Simply-A-Must Crescent Rolls

I love bread.  I love eating it.  I love making it.  Heck, I even like smelling it.

The only thing I do not like about making bread is the insane amount of time you have to wait for it to rise.

These crescent rolls are the perfect answer to that problem.  They still have to rise twice, but for only a total of 40 minutes.  That is a huge improvement from the other breads that I have made that have required ~ 2 hours to rise!

I was really impressed with how cute these turned out.  They actually looked like the crescent rolls from a can (I’ll admit – I usually use that kind).

I halved the recipe when I made them, but it still only made about 10 rolls.  I don’t know how they got 3 dozen out of twice what I made.  Maybe mine were bigger than the ones that they made.

I made these when I made dinner for my dad and Zack last weekend.  See Whipped Sweet Potato Casserole and Grilled Citrus Chicken.  They complemented both dishes really nicely.

I really want to try making French croissants but it is such an intense recipe with a million steps that I am a little intimidated.  I am waiting on a snow day where I am stuck in the house with nothing to do to attempt them

These were so easy that I might say goodbye to the canned crescent rolls forever…sorry Pillsbury 😉


Simply-A-Must Crescent Rolls

Yield: 3 dozen

– 5 1/2 – 6 cups all purpose flour

– 1/2 cup sugar

– 1 tablespoon quick rise yeast

– 2 teaspoon salt

– 1 cup milk

– 1/2 cup canola oil

– 3 eggs

– 2 tablespoons butter, melted

In a large bowl, combine 3 cups flour, sugar, yeast and salt.  In a small saucepan, heat milk and oil to 120-130 degrees.  Add to dry ingredients; beat just until moistened.  Add eggs, beat until smooth.  Stir in enough remaining flour to turn a soft dough (dough will be sticky).

Turn onto a floured surface, knead until smooth and elastic, about 6-8 minutes.  Cover and let rise for 10 minutes.  Divide dough into thirds.  Roll each portion into a 12-inch circle, brush with butter.  Cut each circle into 12 wedges.

Roll up wedges from the wide end and place point side down 2 inches apart on baking sheets coated with cooking spray.  Curve ends to form crescents.  Cover and let rise until nearly doubled, about 30 minutes.

Bake at 400 degrees for 10-12 minutes or until golden brown.  Remove from pans to wire racks.

Traditional Spoon Bread

Spoon bread, for those of you not raised in the south, is like really soft cornbread.  It gets its name from the fact you have to actually spoon it out of the dish, because it’s so soft.  The flavor is very similar to cornbread, but the texture is quite different.

Although I had heard of spoon bread, I had never actually tasted any before.  I made some to go with the Firehouse Chili last night.  It was a really good combination. Regular cornbread would have been good with the chili, too.  I love southern food!

We had a lot left over though.  It’s really hard cooking enough food for just two people!

I like that you can see a pumpkin in the background of this picture.  Aw 🙂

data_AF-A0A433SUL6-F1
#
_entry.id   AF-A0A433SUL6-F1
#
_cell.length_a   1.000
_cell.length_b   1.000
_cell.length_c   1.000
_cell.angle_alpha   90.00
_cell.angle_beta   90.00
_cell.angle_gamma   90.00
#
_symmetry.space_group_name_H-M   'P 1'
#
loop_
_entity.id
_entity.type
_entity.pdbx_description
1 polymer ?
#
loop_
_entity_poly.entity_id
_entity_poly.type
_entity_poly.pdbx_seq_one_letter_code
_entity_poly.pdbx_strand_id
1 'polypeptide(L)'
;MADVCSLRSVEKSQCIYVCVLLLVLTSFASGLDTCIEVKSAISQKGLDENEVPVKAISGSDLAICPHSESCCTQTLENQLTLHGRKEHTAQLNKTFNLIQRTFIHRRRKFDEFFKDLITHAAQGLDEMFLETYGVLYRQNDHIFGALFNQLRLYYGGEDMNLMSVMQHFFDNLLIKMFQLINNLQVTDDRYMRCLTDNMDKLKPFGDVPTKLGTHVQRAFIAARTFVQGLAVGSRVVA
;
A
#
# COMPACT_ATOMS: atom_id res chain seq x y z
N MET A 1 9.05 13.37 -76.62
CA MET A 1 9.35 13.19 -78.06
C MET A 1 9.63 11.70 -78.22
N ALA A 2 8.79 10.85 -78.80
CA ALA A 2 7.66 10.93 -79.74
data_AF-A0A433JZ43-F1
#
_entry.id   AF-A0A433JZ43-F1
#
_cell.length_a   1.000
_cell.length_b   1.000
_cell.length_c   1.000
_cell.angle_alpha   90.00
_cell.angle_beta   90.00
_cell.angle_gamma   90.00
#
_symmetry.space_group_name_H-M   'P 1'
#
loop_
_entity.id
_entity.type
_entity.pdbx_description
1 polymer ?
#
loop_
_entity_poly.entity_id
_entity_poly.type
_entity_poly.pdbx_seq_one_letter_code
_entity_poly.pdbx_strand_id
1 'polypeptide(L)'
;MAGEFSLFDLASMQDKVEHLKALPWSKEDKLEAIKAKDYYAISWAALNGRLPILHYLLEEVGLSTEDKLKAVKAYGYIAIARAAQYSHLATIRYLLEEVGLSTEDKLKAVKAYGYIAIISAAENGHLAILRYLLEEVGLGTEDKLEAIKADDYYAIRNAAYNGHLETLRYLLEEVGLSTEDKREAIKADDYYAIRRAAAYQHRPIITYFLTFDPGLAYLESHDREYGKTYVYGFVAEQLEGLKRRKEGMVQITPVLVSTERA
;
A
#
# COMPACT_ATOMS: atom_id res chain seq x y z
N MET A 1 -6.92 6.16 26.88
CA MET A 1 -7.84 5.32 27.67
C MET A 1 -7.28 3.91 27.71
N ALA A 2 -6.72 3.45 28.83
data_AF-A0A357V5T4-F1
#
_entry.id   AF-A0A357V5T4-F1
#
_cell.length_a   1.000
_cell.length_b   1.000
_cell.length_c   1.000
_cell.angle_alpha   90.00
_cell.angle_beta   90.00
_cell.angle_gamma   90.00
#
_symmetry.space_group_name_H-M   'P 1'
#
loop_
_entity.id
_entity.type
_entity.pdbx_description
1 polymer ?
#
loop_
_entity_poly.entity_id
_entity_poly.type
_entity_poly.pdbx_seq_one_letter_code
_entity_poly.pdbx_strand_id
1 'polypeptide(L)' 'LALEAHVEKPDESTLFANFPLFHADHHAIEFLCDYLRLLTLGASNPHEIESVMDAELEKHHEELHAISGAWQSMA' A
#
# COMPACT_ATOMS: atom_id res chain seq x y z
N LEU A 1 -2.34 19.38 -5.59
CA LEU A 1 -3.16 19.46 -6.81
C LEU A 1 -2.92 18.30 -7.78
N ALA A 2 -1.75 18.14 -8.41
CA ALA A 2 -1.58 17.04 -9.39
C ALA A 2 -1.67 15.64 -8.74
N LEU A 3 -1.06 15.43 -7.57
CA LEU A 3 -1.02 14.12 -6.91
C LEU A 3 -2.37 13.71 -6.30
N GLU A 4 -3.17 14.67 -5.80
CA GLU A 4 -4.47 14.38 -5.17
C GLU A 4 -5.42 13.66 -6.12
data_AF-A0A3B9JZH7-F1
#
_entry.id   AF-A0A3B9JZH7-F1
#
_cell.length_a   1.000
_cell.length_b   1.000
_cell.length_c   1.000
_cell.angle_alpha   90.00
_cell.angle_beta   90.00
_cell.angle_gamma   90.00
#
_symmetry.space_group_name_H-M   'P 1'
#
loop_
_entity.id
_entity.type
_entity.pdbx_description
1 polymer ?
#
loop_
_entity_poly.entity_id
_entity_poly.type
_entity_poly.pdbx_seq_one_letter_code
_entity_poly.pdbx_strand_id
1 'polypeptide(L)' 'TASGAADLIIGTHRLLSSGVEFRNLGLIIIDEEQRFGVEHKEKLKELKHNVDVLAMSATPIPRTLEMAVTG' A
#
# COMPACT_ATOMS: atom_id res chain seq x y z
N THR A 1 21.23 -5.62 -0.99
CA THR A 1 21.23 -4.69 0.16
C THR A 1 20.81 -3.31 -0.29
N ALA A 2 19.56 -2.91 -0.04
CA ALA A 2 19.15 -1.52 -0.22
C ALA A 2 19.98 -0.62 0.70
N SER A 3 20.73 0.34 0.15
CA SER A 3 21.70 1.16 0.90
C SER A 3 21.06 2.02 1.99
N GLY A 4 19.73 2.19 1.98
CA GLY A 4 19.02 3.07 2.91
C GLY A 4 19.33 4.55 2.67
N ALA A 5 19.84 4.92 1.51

Traditional Spoon Bread

Yield: 6 servings

– 3 cups milk

– 1 cup cornmeal

– 3 eggs, separated

– 1 teaspoon sugar

– 1 1/2 teaspoon salt

– 1 tablespoon butter

Place the milk in a large saucepan over medium-high heat.  When the milk just begins to bubble around the edges, gradually add the cornmeal.  Stir constantly 10 minutes.  Set aside to cool for 10 minutes.

Meanwhile, preheat the oven to 375 degrees.  Lightly grease a 13×9 inch baking dish and set aside.  Beat the egg whites at high speed with an electric mixer until stiff peaks form.  Set aside. Stir the sugar, salt, butter, and egg yolks into the cornmeal mixture.  Gently fold in the egg whites.

Pour into the prepared baking dish and bake for 35-40 minutes, or until golden brown. Let stand for 5 minutes and serve hot.

Basic Southern Cornbread

What kind of Southern gal would I be if I didn’t serve my boys cornbread?

Last night, my dad came over for dinner before we went to the races (see Better-Than-Grandma’s Apple Pie).  Not only did I make cornbread, but I made it in a cast-iron skillet! You can’t get much more authentic than that.

It was really easy to make and Dad and Zack both seemed to like it.

Basic Southern Cornbread

Yield: 8 servings

– 2 cups plain cornmeal

– 1 T baking powder

– 1 t salt

– 1 3/4 cups buttermilk

– 1 egg, beaten

– 1/4 cup vegetable oil

Preheat the oven to 450 degrees.  Place a greased 9-inch cast iron skillet in the oven to heat while the desired temperature is reached.

Meanwhile, in a large bowl, combine the cornmeal, baking powder, and salt.  Make a well in the center and add the buttermilk, egg, and oil, blending well.  Pour the batter into the preheated skilled.

Bake 25 minutes or until golden brown.  Transfer to a serving plate (or serve right from the skillet!).  Cut into slices and serve warm.

Cornbread is another one of those cold-fall-day foods.  Today was pretty chili and this just makes you feel warm and fuzzy inside.

Pull-Apart Garlic Parmesan Bread

This is the best bread I’ve ever made.  Zack and I both agree.  I made it to go with the homemade lasagna (see homemade lasagna).  The buttery-ness combined with the garlic and cheesy-ness made for a perfect combination.

Plus, the bread turned out nice and fluffy, just the way I love it.

I like that you make this bread in a bundt pan, too. The pan allows it lots of room to rise and gives it a neat shape.

It takes a lot of time to make though, it has to rise for 2 and a half hours total plus almost 30 minutes of baking.  Actually that makes it the perfect bread to make with the lasagna, because like I mentioned in the lasagna post, it also takes hours to make.

The bottom part of the bread looks lighter in color and I’m not really sure why.  It tasted the same as the top.

I will be making this bread again soon I’m sure (not soon enough according to Zack).

Pull-Apart Garlic Parmesan Bread

2 teaspoons active dry yeast

1⅓ cups barely warm water

2 tablespoons olive oil